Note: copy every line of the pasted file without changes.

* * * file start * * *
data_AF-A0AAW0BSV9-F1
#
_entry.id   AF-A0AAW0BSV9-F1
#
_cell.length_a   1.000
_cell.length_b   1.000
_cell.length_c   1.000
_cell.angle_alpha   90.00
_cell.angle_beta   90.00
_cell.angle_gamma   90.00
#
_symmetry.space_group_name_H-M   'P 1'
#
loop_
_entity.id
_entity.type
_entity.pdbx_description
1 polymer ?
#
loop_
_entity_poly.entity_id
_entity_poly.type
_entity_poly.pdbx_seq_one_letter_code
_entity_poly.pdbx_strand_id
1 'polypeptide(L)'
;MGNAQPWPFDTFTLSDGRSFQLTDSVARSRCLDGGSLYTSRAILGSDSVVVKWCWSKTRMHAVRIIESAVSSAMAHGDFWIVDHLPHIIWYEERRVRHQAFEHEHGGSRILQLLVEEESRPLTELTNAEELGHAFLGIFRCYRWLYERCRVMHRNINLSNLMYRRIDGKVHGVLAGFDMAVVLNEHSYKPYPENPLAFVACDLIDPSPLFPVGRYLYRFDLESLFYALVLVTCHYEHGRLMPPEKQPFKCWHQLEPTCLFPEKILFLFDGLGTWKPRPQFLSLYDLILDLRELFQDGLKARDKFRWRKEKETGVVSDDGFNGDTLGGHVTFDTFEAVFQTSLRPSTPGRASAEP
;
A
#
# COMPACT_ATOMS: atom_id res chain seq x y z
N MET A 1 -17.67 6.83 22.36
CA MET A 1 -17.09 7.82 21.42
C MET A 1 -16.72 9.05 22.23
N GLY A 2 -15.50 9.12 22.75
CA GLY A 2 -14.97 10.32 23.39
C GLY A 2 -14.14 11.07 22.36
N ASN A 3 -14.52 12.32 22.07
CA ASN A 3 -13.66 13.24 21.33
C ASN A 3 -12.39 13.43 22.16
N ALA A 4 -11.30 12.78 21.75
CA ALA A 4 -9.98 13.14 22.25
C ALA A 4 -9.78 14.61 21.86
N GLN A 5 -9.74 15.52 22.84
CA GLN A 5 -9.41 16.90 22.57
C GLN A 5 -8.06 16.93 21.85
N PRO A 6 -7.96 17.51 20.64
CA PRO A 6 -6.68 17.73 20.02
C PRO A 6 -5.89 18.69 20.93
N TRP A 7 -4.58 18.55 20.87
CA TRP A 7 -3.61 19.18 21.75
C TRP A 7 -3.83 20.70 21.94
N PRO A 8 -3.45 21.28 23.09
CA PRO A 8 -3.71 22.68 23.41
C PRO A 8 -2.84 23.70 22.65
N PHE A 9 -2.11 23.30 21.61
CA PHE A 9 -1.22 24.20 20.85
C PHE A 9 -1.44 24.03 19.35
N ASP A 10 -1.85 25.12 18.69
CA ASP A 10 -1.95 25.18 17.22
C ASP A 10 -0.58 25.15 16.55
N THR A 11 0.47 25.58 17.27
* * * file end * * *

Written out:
data_AF-A0AAW0BSV9-F1
#
_entry.id   AF-A0AAW0BSV9-F1
#
_cell.length_a   1.000
_cell.length_b   1.000
_cell.length_c   1.000
_cell.angle_alpha   90.00
_cell.angle_beta   90.00
_cell.angle_gamma   90.00
#
_symmetry.space_group_name_H-M   'P 1'
#
loop_
_entity.id
_entity.type
_entity.pdbx_description
1 polymer ?
#
loop_
_entity_poly.entity_id
_entity_poly.type
_entity_poly.pdbx_seq_one_letter_code
_entity_poly.pdbx_strand_id
1 'polypeptide(L)'
;MGNAQPWPFDTFTLSDGRSFQLTDSVARSRCLDGGSLYTSRAILGSDSVVVKWCWSKTRMHAVRIIESAVSSAMAHGDFWIVDHLPHIIWYEERRVRHQAFEHEHGGSRILQLLVEEESRPLTELTNAEELGHAFLGIFRCYRWLYERCRVMHRNINLSNLMYRRIDGKVHGVLAGFDMAVVLNEHSYKPYPENPLAFVACDLIDPSPLFPVGRYLYRFDLESLFYALVLVTCHYEHGRLMPPEKQPFKCWHQLEPTCLFPEKILFLFDGLGTWKPRPQFLSLYDLILDLRELFQDGLKARDKFRWRKEKETGVVSDDGFNGDTLGGHVTFDTFEAVFQTSLRPSTPGRASAEP
;
A
#
# COMPACT_ATOMS: atom_id res chain seq x y z
N MET A 1 -17.67 6.83 22.36
CA MET A 1 -17.09 7.82 21.42
C MET A 1 -16.72 9.05 22.23
N GLY A 2 -15.50 9.12 22.75
CA GLY A 2 -14.97 10.32 23.39
C GLY A 2 -14.14 11.07 22.36
N ASN A 3 -14.52 12.32 22.07
CA ASN A 3 -13.66 13.24 21.33
C ASN A 3 -12.39 13.43 22.16
N ALA A 4 -11.30 12.78 21.75
CA ALA A 4 -9.98 13.14 22.25
C ALA A 4 -9.78 14.61 21.86
N GLN A 5 -9.74 15.52 22.84
CA GLN A 5 -9.41 16.90 22.57
C GLN A 5 -8.06 16.93 21.85
N PRO A 6 -7.96 17.51 20.64
CA PRO A 6 -6.68 17.73 20.02
C PRO A 6 -5.89 18.69 20.93
N TRP A 7 -4.58 18.55 20.87
CA TRP A 7 -3.61 19.18 21.75
C TRP A 7 -3.83 20.70 21.94
N PRO A 8 -3.45 21.28 23.09
CA PRO A 8 -3.71 22.68 23.41
C PRO A 8 -2.84 23.70 22.65
N PHE A 9 -2.11 23.30 21.61
CA PHE A 9 -1.22 24.20 20.85
C PHE A 9 -1.44 24.03 19.35
N ASP A 10 -1.85 25.12 18.69
CA ASP A 10 -1.95 25.18 17.22
C ASP A 10 -0.58 25.15 16.55
N THR A 11 0.47 25.58 17.27